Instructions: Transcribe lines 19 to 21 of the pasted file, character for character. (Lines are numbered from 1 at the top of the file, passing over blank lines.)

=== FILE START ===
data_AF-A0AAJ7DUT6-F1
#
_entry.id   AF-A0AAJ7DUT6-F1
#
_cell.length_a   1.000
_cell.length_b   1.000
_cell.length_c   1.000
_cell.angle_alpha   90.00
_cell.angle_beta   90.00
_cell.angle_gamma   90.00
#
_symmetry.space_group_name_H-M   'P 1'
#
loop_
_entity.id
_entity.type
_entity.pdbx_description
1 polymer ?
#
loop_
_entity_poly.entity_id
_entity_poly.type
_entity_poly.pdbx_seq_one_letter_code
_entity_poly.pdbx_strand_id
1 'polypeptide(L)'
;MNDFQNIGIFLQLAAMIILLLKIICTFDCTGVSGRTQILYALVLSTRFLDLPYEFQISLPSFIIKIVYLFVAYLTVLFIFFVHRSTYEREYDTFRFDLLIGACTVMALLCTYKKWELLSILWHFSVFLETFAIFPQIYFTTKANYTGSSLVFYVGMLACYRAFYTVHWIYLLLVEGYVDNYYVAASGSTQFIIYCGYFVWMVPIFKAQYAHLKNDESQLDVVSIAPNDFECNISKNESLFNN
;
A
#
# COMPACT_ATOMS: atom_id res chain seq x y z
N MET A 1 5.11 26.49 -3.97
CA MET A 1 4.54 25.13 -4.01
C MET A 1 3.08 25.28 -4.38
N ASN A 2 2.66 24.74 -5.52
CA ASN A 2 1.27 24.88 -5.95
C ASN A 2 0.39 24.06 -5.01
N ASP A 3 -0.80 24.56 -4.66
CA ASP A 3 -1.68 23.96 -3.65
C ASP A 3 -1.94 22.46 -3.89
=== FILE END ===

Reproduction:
#
loop_
_entity_poly.entity_id